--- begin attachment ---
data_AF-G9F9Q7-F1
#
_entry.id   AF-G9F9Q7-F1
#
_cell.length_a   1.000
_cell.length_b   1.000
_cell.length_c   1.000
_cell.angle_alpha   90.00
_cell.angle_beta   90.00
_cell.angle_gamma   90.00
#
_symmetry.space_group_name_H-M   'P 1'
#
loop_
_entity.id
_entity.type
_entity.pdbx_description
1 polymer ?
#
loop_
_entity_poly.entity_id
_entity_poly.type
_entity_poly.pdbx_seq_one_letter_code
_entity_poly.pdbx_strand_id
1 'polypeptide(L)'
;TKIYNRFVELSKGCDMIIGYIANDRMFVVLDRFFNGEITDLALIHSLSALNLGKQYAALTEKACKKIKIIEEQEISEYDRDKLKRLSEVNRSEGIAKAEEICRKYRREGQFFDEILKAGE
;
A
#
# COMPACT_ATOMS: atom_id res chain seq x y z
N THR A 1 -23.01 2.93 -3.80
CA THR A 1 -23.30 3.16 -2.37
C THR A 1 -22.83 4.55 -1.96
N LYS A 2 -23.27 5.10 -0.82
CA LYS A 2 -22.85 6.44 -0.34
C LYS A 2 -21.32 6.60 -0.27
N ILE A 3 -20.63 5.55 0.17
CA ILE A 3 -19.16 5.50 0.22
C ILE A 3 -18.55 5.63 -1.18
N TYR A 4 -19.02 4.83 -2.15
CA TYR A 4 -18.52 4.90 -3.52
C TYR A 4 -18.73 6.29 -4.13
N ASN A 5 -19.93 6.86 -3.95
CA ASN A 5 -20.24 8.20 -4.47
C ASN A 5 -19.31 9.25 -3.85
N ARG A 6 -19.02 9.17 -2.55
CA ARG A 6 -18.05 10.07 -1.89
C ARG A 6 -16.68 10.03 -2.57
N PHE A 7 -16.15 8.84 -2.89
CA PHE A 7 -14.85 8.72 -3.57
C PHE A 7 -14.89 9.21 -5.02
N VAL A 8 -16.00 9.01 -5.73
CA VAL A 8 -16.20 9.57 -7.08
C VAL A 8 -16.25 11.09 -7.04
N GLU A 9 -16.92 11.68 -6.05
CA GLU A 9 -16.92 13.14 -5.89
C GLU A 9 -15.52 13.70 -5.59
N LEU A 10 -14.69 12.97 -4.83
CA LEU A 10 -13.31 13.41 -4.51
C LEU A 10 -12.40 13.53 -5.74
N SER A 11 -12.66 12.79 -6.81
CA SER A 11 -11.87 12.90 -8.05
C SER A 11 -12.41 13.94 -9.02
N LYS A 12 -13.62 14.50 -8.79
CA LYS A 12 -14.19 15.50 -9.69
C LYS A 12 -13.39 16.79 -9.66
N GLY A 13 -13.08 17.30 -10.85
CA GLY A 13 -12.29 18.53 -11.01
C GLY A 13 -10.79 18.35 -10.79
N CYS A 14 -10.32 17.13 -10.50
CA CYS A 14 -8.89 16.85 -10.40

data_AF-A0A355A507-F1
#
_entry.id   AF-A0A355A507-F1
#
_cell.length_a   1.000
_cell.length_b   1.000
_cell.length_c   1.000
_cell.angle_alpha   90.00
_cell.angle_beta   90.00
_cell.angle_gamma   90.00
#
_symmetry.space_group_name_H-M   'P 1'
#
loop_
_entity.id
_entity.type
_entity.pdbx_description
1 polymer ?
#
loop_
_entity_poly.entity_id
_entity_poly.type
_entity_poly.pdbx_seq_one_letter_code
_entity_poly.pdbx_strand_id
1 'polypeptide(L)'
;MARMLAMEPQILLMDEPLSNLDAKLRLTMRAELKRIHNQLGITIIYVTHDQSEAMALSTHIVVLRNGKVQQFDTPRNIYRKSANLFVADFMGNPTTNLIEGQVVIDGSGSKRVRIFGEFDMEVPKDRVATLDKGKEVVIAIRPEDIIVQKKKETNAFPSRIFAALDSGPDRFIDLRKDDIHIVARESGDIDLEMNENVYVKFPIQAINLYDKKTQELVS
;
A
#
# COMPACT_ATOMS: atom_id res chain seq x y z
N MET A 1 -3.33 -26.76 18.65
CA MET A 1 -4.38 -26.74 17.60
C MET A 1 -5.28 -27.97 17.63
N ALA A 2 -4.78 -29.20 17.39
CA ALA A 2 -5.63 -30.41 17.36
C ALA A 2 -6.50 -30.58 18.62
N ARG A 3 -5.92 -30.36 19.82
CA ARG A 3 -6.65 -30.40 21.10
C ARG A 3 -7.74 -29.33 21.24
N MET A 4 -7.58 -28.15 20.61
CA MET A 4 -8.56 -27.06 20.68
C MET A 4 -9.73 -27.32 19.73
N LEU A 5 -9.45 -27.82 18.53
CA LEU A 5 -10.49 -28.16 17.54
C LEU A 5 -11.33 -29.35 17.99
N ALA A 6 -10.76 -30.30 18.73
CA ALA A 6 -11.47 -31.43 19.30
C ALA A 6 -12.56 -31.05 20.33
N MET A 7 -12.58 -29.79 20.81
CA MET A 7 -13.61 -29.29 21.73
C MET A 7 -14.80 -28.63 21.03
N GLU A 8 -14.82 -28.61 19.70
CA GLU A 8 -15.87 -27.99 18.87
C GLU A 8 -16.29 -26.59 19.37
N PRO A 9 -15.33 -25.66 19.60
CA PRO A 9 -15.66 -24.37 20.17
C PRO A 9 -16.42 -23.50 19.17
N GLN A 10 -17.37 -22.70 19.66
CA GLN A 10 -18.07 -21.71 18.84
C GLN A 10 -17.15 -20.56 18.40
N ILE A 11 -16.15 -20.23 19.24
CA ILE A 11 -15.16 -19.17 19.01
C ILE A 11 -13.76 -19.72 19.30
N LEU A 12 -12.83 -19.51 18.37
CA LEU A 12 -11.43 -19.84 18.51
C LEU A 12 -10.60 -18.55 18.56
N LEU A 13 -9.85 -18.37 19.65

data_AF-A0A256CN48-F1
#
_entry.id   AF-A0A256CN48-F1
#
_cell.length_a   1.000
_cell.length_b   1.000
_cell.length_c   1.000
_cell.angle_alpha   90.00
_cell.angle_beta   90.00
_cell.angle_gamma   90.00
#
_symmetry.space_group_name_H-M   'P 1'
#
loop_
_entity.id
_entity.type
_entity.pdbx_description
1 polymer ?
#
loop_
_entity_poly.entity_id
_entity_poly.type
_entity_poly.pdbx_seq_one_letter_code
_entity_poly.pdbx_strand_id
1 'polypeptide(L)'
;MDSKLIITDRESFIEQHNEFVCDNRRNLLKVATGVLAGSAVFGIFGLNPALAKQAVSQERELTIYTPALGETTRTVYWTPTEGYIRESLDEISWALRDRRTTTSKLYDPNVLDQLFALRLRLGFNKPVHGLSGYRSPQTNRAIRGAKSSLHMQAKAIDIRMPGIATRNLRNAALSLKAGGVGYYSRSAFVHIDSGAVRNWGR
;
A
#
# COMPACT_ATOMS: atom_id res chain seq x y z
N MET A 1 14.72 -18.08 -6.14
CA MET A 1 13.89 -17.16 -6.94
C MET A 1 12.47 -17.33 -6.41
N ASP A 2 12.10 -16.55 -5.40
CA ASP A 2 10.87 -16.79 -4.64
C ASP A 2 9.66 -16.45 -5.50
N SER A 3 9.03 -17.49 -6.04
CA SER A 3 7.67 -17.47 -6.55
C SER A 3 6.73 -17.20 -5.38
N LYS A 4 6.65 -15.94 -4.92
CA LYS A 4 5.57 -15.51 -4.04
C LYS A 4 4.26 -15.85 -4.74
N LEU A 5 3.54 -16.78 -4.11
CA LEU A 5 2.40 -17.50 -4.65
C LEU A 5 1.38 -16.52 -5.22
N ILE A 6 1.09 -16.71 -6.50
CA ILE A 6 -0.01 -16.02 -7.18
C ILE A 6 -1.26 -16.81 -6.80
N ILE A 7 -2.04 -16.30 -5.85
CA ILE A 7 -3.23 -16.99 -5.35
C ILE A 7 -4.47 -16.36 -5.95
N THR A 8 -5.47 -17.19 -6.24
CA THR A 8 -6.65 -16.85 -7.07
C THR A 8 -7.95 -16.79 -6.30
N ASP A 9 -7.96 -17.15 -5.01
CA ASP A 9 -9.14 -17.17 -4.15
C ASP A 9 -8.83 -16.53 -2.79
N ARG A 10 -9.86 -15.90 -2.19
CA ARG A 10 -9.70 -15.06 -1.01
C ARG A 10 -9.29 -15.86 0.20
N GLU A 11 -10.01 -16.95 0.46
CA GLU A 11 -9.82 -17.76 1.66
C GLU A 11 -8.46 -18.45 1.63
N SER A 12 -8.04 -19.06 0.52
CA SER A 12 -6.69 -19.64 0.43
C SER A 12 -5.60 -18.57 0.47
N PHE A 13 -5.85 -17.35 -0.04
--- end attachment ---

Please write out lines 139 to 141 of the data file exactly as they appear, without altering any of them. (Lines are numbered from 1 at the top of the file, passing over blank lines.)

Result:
data_AF-A0A256CN48-F1
#
_entry.id   AF-A0A256CN48-F1